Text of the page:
Salt Lake City Vaccinates 4,000 Seniors
George Frey  /  Getty Images file
A box of flu shots sits on a table ready for use Nov. 4 at the Utah County Health Department in Provo, Utah.
updated 12/17/2004 3:48:18 PM ET 2004-12-17T20:48:18

Two months after a flu vaccine shortage spread alarm across the country, a federal advisory panel Friday recommended the government ease restrictions on the nation’s supply and make shots available to everyone 50 and older.

The move was prompted by worries that tens of thousands of doses of flu vaccine might go to waste.

Some states are reporting a surplus of flu vaccine. One reason is that many elderly or chronically ill people did not even try to obtain a shot because they figured they would not be able to get one. Also, the flu season has been mild so far.

The recommendation from the Centers for Disease Control and Prevention’s Advisory Committee on Immunization Practices came during an emergency meeting. The CDC usually accepts the panel’s recommendations.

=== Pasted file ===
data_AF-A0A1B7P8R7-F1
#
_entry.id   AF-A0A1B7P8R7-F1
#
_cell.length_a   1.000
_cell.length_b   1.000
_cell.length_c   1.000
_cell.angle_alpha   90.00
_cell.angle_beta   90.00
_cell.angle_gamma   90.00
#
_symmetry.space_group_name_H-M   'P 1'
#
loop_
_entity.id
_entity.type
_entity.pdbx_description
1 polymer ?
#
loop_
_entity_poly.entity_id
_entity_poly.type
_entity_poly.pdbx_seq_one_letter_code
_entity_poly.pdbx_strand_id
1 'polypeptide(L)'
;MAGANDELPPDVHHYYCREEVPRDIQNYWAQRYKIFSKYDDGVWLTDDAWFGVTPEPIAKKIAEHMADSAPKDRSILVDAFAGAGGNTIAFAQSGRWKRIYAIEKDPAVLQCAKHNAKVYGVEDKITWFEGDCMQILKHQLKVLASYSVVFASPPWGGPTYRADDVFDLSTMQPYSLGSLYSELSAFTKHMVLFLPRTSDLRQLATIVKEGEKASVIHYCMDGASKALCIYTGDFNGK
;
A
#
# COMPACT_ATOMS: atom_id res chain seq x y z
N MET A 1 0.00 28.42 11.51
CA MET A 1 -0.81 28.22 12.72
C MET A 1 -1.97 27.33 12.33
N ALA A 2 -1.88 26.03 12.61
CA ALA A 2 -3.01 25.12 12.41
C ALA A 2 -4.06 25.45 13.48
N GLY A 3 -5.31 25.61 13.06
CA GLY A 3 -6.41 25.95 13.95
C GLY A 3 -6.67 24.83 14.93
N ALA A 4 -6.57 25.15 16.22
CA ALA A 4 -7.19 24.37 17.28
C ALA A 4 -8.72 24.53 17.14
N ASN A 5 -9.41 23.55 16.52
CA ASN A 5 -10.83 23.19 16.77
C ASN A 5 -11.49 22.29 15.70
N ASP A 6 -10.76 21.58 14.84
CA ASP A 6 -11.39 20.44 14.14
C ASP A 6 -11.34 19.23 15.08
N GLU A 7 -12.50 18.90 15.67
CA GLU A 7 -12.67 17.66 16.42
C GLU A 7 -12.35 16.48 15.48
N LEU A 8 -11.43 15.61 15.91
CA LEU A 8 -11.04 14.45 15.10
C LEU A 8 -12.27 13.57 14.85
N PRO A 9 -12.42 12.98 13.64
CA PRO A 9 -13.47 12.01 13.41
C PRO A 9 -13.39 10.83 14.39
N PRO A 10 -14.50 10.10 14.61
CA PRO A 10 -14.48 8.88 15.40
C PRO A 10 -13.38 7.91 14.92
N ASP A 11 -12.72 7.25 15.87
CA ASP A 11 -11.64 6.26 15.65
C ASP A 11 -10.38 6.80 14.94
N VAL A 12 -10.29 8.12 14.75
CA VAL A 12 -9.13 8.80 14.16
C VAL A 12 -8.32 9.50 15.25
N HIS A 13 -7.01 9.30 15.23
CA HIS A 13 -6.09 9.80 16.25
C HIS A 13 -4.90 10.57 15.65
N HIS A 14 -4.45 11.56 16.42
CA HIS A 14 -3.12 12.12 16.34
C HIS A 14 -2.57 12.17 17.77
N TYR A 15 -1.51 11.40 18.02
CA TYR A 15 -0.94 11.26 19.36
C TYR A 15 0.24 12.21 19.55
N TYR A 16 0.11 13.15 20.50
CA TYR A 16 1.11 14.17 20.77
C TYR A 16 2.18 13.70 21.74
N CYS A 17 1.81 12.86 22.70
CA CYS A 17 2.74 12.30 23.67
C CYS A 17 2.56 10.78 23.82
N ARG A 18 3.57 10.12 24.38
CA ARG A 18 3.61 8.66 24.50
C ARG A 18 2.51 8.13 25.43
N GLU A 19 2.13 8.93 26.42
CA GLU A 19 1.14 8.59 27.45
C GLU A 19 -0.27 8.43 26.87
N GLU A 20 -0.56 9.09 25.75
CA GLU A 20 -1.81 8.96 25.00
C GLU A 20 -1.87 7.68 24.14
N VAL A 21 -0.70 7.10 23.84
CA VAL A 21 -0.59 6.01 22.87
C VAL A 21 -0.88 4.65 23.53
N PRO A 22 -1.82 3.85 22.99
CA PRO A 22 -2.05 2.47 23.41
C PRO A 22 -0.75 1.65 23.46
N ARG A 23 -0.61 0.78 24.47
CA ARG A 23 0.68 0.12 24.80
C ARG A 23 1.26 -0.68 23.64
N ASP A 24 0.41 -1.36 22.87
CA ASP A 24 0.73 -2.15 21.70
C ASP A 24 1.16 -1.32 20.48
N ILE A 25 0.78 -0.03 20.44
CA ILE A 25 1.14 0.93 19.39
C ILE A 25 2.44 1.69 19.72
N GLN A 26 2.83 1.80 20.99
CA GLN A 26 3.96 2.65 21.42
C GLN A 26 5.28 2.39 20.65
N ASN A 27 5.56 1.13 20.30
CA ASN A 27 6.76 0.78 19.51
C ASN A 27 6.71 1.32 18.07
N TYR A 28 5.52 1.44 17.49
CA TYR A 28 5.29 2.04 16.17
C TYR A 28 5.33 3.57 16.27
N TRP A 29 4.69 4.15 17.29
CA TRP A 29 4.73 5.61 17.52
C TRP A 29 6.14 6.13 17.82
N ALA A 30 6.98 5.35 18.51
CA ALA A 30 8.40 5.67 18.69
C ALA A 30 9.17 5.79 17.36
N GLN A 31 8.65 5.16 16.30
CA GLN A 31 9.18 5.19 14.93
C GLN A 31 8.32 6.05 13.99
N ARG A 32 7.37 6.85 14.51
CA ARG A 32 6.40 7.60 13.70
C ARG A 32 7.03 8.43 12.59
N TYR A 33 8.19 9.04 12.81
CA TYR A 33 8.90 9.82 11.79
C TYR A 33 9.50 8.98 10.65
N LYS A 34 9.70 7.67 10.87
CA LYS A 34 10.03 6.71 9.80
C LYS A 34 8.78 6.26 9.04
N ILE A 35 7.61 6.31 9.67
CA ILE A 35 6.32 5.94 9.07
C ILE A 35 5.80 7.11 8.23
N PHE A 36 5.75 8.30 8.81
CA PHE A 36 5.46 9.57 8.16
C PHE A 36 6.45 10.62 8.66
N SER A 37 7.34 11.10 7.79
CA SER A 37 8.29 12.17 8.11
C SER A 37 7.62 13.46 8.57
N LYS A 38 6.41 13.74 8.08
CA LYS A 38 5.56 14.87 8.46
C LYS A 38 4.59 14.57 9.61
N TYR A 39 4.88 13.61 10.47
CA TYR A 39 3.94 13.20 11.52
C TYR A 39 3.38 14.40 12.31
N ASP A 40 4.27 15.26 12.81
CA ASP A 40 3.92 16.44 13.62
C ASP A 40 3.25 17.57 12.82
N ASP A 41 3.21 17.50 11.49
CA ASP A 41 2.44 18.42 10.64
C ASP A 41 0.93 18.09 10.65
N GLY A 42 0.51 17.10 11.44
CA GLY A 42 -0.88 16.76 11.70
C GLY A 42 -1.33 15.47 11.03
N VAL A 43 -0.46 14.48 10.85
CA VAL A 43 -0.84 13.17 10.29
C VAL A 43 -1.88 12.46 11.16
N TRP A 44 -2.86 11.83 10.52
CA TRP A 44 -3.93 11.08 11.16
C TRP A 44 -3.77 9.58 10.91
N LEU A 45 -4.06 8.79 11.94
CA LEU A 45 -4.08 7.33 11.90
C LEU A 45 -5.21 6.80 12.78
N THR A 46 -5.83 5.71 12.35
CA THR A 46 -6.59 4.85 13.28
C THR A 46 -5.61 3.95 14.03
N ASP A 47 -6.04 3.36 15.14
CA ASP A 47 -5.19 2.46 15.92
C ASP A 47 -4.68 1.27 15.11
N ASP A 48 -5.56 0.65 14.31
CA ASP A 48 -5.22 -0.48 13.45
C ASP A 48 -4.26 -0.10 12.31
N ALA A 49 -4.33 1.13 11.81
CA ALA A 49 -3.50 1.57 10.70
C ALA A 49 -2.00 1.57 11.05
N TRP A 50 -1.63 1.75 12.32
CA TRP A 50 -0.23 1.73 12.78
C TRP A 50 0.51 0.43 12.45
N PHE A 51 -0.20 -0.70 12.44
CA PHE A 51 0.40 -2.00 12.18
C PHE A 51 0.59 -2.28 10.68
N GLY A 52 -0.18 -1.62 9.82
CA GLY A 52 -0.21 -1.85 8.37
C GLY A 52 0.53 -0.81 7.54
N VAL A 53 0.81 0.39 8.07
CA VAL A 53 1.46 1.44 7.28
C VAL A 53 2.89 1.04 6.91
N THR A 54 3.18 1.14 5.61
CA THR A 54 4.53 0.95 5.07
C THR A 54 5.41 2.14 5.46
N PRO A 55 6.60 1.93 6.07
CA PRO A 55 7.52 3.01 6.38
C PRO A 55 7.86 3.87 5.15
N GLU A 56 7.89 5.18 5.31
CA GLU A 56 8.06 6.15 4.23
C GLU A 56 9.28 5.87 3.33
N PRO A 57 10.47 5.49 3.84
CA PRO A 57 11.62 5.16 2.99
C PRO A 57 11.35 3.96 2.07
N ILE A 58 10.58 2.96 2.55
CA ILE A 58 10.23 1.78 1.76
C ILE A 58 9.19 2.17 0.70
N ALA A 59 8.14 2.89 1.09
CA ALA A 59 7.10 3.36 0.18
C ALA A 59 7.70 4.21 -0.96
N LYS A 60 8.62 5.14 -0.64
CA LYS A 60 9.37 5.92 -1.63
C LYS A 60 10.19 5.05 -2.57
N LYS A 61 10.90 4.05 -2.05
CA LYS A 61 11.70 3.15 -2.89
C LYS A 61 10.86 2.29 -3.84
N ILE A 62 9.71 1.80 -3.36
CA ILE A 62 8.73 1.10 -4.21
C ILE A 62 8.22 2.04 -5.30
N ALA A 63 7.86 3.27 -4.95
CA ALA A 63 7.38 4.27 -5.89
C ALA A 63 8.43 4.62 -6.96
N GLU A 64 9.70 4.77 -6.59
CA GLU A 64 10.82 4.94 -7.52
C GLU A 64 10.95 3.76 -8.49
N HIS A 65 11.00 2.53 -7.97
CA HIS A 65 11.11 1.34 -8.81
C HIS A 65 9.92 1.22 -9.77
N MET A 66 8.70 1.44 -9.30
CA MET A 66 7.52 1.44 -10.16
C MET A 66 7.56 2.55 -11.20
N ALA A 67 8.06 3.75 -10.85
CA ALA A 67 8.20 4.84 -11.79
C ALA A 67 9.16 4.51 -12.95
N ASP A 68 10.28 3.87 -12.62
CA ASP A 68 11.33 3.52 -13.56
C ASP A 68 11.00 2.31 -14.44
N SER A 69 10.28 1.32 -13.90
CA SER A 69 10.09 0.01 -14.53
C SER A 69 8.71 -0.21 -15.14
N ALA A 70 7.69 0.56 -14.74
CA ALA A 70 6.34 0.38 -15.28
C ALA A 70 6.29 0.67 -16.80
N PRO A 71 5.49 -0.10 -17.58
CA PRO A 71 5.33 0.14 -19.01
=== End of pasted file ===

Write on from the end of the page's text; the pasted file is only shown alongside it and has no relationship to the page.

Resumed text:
Building a vaccineThe CDC should focus first on helping state and local health departments reallocate supplies to any facing shortages, and then work to allow more people to get flu shots, members of the panel said. The panel said the vaccine should be offered to younger adults and anyone in close contact with high-risk patients.

In October, the government recommended that healthy adults delay or skip a flu shot this season to save vaccine for the estimated 98 million people in the country who need it most — the elderly, infants or those with chronic conditions. Those people are at highest risk of severe complications or death from the flu, which kills on average 36,000 people and hospitalizes 200,000 each year in the country.

The teleconference meeting Friday was scheduled after a CDC study released Thursday found that more than half of all elderly or chronically ill adults have not yet gotten a flu shot. The committee concluded that those people in the high-risk groups have not already sought a flu shot, they are unlikely to do so this season.

“Those at high risk have had that opportunity,” said Dr. Greg Poland, a committee member and Mayo Clinic flu specialist. “We are in danger of seesawing from a year when everybody’s concerned there’s no vaccine, to not using what we have.”

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